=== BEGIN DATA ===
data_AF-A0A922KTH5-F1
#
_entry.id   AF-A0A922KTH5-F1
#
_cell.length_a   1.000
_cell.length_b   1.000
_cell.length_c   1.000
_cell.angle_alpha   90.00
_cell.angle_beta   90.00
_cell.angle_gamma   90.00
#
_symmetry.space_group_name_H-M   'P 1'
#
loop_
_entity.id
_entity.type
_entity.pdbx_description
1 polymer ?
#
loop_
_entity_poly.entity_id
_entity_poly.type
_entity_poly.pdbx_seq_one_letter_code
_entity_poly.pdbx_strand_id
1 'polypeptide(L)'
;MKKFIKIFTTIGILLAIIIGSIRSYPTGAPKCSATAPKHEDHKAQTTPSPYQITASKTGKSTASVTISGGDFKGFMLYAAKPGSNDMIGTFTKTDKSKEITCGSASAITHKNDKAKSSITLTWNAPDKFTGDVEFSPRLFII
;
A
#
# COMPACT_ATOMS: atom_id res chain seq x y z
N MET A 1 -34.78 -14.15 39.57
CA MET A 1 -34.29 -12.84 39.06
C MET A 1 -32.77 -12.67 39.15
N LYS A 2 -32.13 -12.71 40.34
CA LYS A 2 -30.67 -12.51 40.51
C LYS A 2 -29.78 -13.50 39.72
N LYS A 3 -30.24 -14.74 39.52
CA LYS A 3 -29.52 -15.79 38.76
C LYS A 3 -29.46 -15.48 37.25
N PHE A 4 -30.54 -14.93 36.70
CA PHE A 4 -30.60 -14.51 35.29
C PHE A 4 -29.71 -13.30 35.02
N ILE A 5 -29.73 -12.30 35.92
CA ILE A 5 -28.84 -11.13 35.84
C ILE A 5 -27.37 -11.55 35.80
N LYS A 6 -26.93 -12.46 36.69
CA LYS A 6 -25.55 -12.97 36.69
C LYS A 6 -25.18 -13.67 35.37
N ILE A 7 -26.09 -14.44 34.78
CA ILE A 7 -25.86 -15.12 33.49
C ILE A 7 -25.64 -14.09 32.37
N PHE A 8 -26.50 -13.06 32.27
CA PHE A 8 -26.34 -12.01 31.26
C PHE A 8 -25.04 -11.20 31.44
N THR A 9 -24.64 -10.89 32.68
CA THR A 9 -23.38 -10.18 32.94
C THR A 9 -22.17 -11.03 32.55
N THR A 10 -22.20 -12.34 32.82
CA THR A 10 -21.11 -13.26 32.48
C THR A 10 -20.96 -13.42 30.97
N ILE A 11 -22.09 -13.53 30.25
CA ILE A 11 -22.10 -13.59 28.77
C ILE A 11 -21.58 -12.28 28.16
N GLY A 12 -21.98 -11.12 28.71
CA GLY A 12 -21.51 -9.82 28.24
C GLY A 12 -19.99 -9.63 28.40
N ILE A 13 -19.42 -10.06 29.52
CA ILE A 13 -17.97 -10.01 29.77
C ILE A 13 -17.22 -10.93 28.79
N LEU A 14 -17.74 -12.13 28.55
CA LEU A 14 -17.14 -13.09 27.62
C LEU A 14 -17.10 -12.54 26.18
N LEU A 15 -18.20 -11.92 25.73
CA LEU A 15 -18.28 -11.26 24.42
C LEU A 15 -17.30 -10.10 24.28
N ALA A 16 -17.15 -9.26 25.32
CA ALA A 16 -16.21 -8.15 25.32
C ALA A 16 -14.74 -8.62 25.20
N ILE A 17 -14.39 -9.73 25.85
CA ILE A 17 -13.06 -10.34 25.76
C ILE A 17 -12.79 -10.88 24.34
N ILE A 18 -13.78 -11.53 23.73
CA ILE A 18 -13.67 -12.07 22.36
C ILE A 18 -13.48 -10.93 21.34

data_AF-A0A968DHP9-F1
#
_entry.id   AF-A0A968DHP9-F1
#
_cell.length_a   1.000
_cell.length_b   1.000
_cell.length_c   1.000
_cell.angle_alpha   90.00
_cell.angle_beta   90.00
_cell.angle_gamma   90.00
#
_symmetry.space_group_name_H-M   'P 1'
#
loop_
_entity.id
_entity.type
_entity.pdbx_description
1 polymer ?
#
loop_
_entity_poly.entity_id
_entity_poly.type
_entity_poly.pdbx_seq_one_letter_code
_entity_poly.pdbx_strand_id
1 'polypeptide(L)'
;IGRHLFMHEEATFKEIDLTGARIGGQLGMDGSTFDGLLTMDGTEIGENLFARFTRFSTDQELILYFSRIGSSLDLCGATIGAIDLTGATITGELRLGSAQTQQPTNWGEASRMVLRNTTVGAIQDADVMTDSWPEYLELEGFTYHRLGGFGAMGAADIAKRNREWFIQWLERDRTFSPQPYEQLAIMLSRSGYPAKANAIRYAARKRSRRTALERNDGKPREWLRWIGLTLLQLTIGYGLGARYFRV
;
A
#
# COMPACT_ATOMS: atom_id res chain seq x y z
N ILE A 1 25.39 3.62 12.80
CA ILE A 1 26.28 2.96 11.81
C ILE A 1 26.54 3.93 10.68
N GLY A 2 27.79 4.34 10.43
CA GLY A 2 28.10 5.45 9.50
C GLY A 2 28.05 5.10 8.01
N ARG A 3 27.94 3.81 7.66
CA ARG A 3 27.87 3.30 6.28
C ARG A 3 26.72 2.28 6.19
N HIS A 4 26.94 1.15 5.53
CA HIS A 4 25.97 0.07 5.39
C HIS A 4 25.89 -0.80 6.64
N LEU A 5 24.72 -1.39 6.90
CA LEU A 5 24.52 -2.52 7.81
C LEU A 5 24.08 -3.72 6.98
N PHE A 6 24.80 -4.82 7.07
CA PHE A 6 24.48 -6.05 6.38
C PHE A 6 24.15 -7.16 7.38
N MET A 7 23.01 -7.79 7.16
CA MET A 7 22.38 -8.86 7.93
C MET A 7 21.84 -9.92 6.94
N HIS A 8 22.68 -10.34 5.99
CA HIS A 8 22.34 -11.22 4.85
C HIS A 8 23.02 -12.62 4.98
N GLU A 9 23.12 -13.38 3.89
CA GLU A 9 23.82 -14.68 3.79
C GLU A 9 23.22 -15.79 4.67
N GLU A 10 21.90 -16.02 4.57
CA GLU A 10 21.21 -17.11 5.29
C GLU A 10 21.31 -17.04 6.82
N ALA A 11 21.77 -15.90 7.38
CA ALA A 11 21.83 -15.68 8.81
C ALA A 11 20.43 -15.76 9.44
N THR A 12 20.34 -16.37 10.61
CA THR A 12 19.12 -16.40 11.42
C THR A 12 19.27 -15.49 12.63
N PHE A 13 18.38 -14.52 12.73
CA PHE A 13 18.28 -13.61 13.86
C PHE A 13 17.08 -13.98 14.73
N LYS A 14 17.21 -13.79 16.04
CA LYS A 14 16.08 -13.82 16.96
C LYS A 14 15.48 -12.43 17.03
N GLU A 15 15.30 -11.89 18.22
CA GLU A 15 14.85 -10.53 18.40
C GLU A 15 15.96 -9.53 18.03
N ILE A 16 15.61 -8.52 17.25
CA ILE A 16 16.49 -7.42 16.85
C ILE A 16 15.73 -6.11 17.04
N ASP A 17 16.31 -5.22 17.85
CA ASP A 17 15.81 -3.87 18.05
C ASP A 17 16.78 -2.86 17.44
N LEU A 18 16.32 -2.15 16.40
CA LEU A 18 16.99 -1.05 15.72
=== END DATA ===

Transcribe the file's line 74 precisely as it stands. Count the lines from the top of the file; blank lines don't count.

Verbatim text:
CA LEU A 15 -18.28 -11.26 24.42